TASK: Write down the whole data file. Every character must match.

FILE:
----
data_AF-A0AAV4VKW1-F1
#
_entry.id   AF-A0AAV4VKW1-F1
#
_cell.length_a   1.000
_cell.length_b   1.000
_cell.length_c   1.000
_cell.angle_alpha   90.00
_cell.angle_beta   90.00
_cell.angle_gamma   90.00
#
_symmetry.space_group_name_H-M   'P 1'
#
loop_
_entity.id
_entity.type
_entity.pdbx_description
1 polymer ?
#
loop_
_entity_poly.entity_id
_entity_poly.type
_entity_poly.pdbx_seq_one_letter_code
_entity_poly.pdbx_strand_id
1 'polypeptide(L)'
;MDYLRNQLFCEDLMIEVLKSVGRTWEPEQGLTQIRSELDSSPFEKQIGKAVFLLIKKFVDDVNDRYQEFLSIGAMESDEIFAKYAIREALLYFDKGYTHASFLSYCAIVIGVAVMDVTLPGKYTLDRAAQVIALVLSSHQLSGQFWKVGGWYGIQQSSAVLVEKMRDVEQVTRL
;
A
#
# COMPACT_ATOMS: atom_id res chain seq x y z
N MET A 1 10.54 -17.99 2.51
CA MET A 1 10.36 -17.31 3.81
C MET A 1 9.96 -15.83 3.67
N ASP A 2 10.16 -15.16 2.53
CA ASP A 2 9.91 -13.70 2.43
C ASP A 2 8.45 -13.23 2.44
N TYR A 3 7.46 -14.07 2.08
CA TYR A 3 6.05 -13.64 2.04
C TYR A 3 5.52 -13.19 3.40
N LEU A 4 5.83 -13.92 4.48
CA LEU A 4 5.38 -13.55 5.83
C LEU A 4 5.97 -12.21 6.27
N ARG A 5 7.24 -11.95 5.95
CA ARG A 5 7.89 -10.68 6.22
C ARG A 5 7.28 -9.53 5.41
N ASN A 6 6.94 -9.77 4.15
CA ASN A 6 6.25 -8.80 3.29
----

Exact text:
data_AF-A0AAV4VKW1-F1
#
_entry.id   AF-A0AAV4VKW1-F1
#
_cell.length_a   1.000
_cell.length_b   1.000
_cell.length_c   1.000
_cell.angle_alpha   90.00
_cell.angle_beta   90.00
_cell.angle_gamma   90.00
#
_symmetry.space_group_name_H-M   'P 1'
#
loop_
_entity.id
_entity.type
_entity.pdbx_description
1 polymer ?
#
loop_
_entity_poly.entity_id
_entity_poly.type
_entity_poly.pdbx_seq_one_letter_code
_entity_poly.pdbx_strand_id
1 'polypeptide(L)'
;MDYLRNQLFCEDLMIEVLKSVGRTWEPEQGLTQIRSELDSSPFEKQIGKAVFLLIKKFVDDVNDRYQEFLSIGAMESDEIFAKYAIREALLYFDKGYTHASFLSYCAIVIGVAVMDVTLPGKYTLDRAAQVIALVLSSHQLSGQFWKVGGWYGIQQSSAVLVEKMRDVEQVTRL
;
A
#
# COMPACT_ATOMS: atom_id res chain seq x y z
N MET A 1 10.54 -17.99 2.51
CA MET A 1 10.36 -17.31 3.81
C MET A 1 9.96 -15.83 3.67
N ASP A 2 10.16 -15.16 2.53
CA ASP A 2 9.91 -13.70 2.43
C ASP A 2 8.45 -13.23 2.44
N TYR A 3 7.46 -14.07 2.08
CA TYR A 3 6.05 -13.64 2.04
C TYR A 3 5.52 -13.19 3.40
N LEU A 4 5.83 -13.92 4.48
CA LEU A 4 5.38 -13.55 5.83
C LEU A 4 5.97 -12.21 6.27
N ARG A 5 7.24 -11.95 5.95
CA ARG A 5 7.89 -10.68 6.22
C ARG A 5 7.28 -9.53 5.41
N ASN A 6 6.94 -9.77 4.15
CA ASN A 6 6.25 -8.80 3.29